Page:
IP Delivers Access to Global Solutions

By Aaron Smethurst

Mosquitoes can be one of the peskiest impediments to enjoying the outdoors. Countless times this summer, I found myself swatting away bugs at a barbeque or on a long evening run. For most us, it means nothing more than an annoying itchy bump, and with a little witch hazel, you’ll forget about that mosquito in no time.

But that’s not the case everywhere in the world. In many developing countries, particularly in tropical areas, that one pesky mosquito could carry a malaria-causing parasite that causes illness in more than 200 million and death in more than 650,000 people every year.

Enter Dr. Stephen L. Hoffman, the CEO of the biotechnology company, Sanaria. Dr. Hoffman has spent nearly three decades of his professional career seeking what many other scientists had long given up on: a vaccine that protects people from contracting malaria. And Dr. Hoffman’s company is closer than ever. In a clinical trial at the NIH, Sanaria recently achieved 100% protection against malaria among a small sample of volunteers utilizing their PfSPZ Vaccine. Sanaria is developing the vaccine for two markets: The most important is the global health market, where the vaccine will first be used in mass administration campaigns to eliminate malaria in targeted populations. The second is the highly profitable vaccine products market, where the vaccine will be used to prevent malaria in military and travelers to malarious countries. While Dr. Hoffman predicts it may take up to four years to bring the vaccine to market, one thing will be critical to the future success of the vaccine: intellectual property protection.

Sanaria currently holds patents on many aspects of the PfSPZ product, and intellectual property is critical to ensuring that Sanaria can continue its research. Sanaria’s operations have been almost exclusively funded by grants – from both the government and private organizations like the Bill & Melinda Gates Foundation, who are most interested in the use of the vaccine in the global health market.  Having patents on the technology will be a critical component to securing the additional hundreds of millions of investment dollars required to commercialize the vaccine for both markets. Importantly, these two markets complement each other; the profits from the vaccine products market will enable Sanaria to provide the vaccine at low cost to the global health market. Without the appropriate intellectual property, Sanaria’s decade of research and development efforts could be stolen out from underneath them, and there would be no motivation to invest in Sanaria, as investors could not recoup their investment.  Intellectual property is indeed critical to the ongoing research and clinical trials needed in order to swiftly bring the vaccine to both markets.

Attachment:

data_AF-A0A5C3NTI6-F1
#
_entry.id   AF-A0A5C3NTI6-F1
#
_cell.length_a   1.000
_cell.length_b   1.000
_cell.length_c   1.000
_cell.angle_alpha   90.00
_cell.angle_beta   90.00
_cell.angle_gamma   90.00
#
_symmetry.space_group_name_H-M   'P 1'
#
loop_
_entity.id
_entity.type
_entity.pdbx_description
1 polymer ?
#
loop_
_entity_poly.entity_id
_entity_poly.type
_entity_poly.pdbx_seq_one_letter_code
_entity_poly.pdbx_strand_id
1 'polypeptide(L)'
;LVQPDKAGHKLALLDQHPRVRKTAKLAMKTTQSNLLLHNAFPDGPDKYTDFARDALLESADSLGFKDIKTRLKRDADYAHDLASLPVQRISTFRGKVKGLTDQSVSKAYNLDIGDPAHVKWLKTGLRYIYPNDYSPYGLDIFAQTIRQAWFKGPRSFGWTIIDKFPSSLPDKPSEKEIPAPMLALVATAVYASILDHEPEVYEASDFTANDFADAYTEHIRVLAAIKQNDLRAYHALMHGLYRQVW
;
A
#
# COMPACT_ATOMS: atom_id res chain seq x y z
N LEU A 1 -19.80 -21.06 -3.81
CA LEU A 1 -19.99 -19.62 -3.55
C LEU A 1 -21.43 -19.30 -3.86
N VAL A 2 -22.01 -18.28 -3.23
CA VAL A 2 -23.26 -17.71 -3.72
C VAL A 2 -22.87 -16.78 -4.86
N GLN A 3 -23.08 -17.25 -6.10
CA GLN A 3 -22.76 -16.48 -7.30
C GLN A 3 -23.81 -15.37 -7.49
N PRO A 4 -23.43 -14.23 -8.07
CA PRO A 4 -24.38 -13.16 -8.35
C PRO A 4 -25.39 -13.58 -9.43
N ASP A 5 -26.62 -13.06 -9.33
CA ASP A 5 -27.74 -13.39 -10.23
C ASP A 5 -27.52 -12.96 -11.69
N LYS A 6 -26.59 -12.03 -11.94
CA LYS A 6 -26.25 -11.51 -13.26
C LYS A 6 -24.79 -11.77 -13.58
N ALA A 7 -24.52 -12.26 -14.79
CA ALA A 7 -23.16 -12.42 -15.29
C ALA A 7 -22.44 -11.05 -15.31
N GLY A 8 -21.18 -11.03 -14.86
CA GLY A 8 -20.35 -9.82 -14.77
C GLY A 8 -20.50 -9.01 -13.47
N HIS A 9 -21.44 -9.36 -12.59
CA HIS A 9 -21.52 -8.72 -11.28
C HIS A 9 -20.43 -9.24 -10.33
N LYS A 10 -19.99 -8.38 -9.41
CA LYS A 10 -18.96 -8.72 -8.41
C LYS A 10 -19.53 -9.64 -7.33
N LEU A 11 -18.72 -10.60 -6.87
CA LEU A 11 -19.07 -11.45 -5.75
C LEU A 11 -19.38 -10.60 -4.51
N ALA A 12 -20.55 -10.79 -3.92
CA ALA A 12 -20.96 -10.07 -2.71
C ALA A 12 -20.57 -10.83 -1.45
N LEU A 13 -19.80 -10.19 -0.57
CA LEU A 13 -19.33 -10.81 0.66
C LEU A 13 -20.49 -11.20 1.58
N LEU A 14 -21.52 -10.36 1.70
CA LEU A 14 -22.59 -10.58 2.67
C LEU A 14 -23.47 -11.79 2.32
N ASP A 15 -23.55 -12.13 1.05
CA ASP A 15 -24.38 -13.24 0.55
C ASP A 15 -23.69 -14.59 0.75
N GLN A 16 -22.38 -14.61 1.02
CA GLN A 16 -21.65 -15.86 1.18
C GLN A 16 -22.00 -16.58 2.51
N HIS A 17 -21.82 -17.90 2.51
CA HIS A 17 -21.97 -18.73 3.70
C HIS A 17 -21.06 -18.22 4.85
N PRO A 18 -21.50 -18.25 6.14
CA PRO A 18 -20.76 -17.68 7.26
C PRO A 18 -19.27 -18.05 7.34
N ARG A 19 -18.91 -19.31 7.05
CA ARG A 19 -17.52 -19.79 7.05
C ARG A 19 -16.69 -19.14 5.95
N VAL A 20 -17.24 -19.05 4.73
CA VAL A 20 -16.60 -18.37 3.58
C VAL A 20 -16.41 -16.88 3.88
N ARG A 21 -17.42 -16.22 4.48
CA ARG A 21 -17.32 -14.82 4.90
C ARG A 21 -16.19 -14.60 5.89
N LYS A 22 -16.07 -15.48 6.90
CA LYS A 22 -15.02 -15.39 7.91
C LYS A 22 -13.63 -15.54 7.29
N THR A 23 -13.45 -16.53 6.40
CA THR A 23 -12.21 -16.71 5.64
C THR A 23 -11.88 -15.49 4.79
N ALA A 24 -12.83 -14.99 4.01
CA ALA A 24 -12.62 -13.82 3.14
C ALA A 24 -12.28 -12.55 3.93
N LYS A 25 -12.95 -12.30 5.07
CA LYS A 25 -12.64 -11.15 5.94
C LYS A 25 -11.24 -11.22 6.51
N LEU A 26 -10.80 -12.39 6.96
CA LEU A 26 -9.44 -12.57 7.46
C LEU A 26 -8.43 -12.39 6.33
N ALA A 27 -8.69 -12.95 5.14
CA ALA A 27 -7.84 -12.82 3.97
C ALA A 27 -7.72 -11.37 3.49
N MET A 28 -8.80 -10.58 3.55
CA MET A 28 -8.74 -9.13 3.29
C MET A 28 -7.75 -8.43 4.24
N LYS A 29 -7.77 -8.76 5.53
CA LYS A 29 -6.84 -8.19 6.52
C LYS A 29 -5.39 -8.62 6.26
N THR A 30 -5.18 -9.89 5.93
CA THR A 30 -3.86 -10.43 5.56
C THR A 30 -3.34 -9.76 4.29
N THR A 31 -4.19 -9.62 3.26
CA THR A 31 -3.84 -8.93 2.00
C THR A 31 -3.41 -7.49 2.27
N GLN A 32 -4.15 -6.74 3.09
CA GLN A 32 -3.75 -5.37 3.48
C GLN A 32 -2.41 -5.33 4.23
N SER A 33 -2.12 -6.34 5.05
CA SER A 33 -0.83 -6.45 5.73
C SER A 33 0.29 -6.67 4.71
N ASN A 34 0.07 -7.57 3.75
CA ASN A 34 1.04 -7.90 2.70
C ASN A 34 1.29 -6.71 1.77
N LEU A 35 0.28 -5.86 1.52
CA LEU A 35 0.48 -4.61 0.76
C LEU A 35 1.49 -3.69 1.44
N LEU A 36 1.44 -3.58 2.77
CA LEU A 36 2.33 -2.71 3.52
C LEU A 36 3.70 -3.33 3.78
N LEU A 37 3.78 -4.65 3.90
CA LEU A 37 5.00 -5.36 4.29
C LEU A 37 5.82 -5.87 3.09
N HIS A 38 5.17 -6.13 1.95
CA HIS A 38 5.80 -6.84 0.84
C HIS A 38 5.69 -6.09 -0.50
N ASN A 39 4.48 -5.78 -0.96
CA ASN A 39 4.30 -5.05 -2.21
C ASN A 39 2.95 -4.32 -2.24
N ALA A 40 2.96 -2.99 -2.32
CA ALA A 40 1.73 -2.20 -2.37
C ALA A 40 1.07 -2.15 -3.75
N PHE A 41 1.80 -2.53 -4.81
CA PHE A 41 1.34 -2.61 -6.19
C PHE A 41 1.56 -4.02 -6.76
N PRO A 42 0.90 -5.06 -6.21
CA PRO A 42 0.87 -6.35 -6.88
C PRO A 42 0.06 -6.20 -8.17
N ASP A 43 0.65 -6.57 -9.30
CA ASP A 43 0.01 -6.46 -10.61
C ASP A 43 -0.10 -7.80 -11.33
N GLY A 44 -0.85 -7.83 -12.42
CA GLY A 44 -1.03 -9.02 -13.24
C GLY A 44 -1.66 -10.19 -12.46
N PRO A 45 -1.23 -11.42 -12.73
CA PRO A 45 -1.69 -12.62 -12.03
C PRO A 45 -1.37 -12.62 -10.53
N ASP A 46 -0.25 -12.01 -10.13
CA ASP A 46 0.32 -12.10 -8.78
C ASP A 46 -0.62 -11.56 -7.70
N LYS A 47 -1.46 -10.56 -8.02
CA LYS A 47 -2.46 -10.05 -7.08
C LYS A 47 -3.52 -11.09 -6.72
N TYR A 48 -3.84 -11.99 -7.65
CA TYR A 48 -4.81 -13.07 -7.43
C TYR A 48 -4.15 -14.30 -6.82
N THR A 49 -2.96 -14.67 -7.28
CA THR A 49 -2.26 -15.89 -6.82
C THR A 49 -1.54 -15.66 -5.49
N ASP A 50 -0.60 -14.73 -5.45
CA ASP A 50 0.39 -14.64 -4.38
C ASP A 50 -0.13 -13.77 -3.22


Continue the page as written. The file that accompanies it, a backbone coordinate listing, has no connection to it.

The nay-sayers will tell you just the opposite: that intellectual property prevents those most in need of the vaccine – often in developing countries – from accessing the drug. However, IP laws ensure that Sanaria’s technology is protected every step of the way, which helps guarantee that the vaccine can be on the market and accessible to users in both the developed and developing world alike. In fact, IP ensures that innovators are motivated to develop solutions for critical problems facing populations around the world, ranging from clean drinking water to tuberculosis to malaria.

Interested in hearing more? Join us this Friday, November 8, at our first annual Global IP Summit where you can hear more straight talk from the source. Dr. Hoffman will be presenting on our panel “IP Delivers Access to Global Solutions.” Want to learn more about the Summit? Visit our website or shoot us an email at gipc@uschamber.com.

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